Can a Virus Help VR to Go Mainstream?

I know this is a stretch for any imagination, however, an increase in the number of outbreaks of new and unknown diseases seems to be the norm today. MERS, SARS and now the new Coronavirus are on everyones mind with a good portion of worldwide reporting focusing on the number of infections and fatalities following in its footsteps. As a consequence we always see swift actions of travel restrictions in the affected areas and quarantine orders depending on where the outbreaks happen.

As a follower of the display industry, regular Display Daily readers will know that any outbreak in China will affect the total display market negatively. However, I wonder if this development may actually help the VR technology to gain traction with businesses as well as consumers? Here is what I am seeing.

The Coronavirus affects the world economy more than wars and disasters like earthquakes, etc. We have seen stock markets tumble and regain strength in a matter of days. We see companies like Google, Amazon and almost every larger corporation release some form of business travel restriction to reduce the chance of infecting their employees (as reported by CNN, NPR, Business Insider, The Verge, and others). At least in the USA this may be a question of liability, but it is also a question of employee protection reflecting competitive strength and humanitarian responsibility.

No business travel.001

Overall we can expect a strong hit to the travel industry (a very large sector of the world economy with over $9 trillion per year) and many other businesses as well. It all depends on when the virus outbreak slows down and what the consequences are. I want to add another viewpoint to this development by looking at virtual reality as a potential solution to this issue.

Travel is a Necessity

International travel has become a necessity with the on-going centralization of production capacities and technological development. If you want to make a display panel you have to go to Asia. This allows for more competitive pricing of products as component prices are lower than ever and are still being driven down even further. We all know this and generally do not have an issue with it. When we face a crisis as we see right now, some voices say: ‘We should open a factory in XYZ to overcome these issues’. Of course, then the viral outbreak slows down and no-one is willing to invest the immense amount of money to create a technological infrastructure as it exists in China today.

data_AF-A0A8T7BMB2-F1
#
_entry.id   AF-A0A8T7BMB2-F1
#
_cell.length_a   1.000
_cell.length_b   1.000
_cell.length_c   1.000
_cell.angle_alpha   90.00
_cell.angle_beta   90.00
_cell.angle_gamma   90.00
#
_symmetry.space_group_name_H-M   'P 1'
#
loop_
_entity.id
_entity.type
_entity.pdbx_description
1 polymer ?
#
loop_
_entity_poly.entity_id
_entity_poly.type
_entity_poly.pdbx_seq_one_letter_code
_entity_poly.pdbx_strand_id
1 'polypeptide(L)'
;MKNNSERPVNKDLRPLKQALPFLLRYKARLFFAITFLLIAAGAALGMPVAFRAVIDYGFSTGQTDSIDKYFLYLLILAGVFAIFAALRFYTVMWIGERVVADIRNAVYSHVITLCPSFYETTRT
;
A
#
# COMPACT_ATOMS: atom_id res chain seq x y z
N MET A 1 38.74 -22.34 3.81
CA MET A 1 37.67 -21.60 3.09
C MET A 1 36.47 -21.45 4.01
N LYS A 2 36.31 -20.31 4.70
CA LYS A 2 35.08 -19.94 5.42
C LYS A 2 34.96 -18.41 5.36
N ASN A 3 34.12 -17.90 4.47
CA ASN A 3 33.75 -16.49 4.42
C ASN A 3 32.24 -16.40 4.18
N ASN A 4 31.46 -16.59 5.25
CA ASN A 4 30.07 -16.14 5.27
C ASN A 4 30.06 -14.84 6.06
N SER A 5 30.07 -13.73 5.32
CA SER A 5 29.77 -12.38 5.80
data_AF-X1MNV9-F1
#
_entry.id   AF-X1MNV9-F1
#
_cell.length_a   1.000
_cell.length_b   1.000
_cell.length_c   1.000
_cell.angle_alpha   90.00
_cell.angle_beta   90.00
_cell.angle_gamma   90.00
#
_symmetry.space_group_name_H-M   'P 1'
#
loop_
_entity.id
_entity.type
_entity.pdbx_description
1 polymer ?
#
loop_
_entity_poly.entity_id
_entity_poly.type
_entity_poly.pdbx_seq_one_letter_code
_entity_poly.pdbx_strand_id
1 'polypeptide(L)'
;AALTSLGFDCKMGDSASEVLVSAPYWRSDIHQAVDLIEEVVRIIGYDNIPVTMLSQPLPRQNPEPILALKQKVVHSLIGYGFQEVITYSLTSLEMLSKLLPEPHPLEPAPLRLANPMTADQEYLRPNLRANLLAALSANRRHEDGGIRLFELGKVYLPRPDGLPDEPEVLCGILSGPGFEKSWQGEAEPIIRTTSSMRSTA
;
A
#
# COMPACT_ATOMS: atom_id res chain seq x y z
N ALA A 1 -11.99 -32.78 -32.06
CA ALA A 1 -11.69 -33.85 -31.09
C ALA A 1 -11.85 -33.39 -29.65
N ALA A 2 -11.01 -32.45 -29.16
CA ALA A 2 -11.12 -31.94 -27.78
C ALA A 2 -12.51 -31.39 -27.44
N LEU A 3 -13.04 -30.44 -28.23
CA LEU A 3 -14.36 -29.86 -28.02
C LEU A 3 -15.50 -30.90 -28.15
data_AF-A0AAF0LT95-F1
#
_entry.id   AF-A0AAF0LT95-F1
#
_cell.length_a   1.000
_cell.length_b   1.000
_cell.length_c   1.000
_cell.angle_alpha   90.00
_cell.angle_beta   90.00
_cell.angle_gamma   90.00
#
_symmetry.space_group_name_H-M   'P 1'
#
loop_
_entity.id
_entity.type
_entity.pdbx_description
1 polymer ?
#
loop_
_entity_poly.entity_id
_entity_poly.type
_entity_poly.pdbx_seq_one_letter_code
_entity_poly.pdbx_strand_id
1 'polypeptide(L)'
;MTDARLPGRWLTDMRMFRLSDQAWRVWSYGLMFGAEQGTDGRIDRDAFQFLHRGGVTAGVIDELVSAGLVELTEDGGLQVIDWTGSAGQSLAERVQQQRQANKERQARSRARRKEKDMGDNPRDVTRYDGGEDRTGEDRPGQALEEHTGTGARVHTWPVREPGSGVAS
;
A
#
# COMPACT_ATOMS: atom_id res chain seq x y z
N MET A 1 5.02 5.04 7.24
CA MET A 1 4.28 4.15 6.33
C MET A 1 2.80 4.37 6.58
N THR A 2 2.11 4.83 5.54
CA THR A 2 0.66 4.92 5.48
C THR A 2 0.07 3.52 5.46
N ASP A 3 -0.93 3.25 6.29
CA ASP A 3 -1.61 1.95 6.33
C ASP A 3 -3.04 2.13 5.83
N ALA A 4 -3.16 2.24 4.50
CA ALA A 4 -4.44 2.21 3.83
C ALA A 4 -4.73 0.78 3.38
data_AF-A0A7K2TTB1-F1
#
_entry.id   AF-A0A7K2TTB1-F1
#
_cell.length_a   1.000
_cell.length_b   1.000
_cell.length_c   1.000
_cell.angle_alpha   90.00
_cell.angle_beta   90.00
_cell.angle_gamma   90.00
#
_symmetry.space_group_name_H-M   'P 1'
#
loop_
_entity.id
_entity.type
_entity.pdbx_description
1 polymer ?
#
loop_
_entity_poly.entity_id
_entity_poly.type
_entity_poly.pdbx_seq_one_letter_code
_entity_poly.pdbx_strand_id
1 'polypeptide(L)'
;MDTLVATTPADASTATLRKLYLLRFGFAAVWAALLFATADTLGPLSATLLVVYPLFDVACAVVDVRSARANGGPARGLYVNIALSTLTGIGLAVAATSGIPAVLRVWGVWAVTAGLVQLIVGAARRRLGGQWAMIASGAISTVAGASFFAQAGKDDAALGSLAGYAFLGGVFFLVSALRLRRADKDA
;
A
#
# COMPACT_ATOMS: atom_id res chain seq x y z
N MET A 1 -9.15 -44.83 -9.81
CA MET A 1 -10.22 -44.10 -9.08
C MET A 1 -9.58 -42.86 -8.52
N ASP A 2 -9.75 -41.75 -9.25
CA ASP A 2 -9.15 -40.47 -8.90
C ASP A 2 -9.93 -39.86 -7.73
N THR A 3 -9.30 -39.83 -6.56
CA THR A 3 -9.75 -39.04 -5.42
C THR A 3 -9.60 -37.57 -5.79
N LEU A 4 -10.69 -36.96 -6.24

So, are we stuck in this situation or can we use technology to overcome such limitations in the future?

This is where AR/VR comes in. With a two sided connection and some additional cameras each participant can see the other side’s room, factory, presentation, etc. Bandwidth poses by far not the same limitations as in the early days of video conferencing. While normal video chat rooms allow everyone to see the other side, AR/VR may go beyond this limitation by allowing each side to see additional content or whatever the other side is seeing through a camera on the headset. There are really no limits on what content can be made available.

There are already plenty of solutions available, even if some of them look more like games, based on the whole avatar concept. So far, VR will pull everyone into a virtual space that all participants share. With AR the real world could be pulled in as well. You want to take a factory tour? Just add a camera to the AR headset and off you go. With a wide angle camera solution you may even look at what interests you rather than what your guide is looking at.

Meeting RoomVirtual Meeting Room – credit:

You think that we are far away from this solution? Take a look at for example; their solution is aiming at exactly this space. They claim to be able to improve productivity, responsiveness, and teamwork combined with a reduction in travel cost and time. That’s a lot of good things that cannot be realized with video conferencing alone. Maybe an enhanced AR/VR solution could sway more companies to give this a try?

Still not convinced that this is viable option? Take a look at the article ‘How VR and AR could be a solution to coronavirus cancellations for conferences‘ on the Forbes website by Anshel Sag. He basically argues the same concept as a solution for cancelled conferences. (

If the Coronavirus can bring business travel including conferences and exhibitions to a standstill, any alternative technical solution for these gatherings is worth looking at. While not as good as the real thing (I agree, touching the newest phone is much better than watching it on your headset) it is still better than not releasing your latest phone at all. The question you have to ask yourself, if I can’t bring people to my product release, can I bring the product release to the press via VR? Better than nothing. – NH

Editor’s Comment

I was planning to attend the ECR event in Vienna next week, but it was cancelled just a week ahead and a new date set for the summer months. That conference, being attended by many from the medical community, had intended to be a centre for discussion about Covid-19. Clearly that community has decided not to make the most of the chance to meet. Other events are talking about going virtual. However, over the years, there have been lots of attempts to make meetings and events virtual, with none really getting any momentum. I’m really not sure what needs to be done to make this a real trend. (BR)